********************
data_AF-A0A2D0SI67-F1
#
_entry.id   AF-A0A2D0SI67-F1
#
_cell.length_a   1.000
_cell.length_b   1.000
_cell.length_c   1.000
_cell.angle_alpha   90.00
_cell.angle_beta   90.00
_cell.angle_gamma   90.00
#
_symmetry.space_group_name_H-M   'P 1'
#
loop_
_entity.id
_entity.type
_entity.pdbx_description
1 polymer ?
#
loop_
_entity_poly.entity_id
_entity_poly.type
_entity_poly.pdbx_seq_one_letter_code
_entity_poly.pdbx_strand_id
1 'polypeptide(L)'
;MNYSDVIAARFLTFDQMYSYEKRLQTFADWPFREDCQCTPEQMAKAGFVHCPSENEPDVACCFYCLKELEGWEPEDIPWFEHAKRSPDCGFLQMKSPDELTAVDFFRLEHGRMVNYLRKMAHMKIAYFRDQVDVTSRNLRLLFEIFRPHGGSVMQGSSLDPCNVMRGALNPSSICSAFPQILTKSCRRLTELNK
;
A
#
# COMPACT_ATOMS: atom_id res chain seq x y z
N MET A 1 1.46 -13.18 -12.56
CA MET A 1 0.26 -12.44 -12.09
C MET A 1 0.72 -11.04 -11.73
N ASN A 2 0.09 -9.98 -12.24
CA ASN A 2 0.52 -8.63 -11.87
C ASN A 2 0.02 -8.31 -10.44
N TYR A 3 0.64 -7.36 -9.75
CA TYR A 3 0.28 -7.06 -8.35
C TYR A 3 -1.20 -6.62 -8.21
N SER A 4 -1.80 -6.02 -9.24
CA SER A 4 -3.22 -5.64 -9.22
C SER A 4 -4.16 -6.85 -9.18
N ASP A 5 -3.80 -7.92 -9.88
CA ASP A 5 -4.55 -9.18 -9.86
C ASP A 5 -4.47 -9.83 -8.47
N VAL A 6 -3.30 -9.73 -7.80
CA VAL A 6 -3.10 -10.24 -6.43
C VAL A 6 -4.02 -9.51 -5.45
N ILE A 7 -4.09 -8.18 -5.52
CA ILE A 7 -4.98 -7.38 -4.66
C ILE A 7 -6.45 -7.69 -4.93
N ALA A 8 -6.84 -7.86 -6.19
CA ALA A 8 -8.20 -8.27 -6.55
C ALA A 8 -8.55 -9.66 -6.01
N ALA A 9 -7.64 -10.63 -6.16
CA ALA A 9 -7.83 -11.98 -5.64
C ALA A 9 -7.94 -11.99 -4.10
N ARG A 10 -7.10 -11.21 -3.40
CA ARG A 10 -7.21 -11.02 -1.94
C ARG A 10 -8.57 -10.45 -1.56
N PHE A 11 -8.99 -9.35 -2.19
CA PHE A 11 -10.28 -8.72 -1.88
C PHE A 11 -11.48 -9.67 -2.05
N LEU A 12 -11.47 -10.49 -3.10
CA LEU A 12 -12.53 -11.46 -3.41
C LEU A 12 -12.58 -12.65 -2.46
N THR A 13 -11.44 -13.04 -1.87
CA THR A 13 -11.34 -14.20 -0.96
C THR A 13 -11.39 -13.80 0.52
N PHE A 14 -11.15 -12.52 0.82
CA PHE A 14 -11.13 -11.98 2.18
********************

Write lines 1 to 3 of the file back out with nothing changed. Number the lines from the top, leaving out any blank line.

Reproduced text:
data_AF-A0A2D0SI67-F1
#
_entry.id   AF-A0A2D0SI67-F1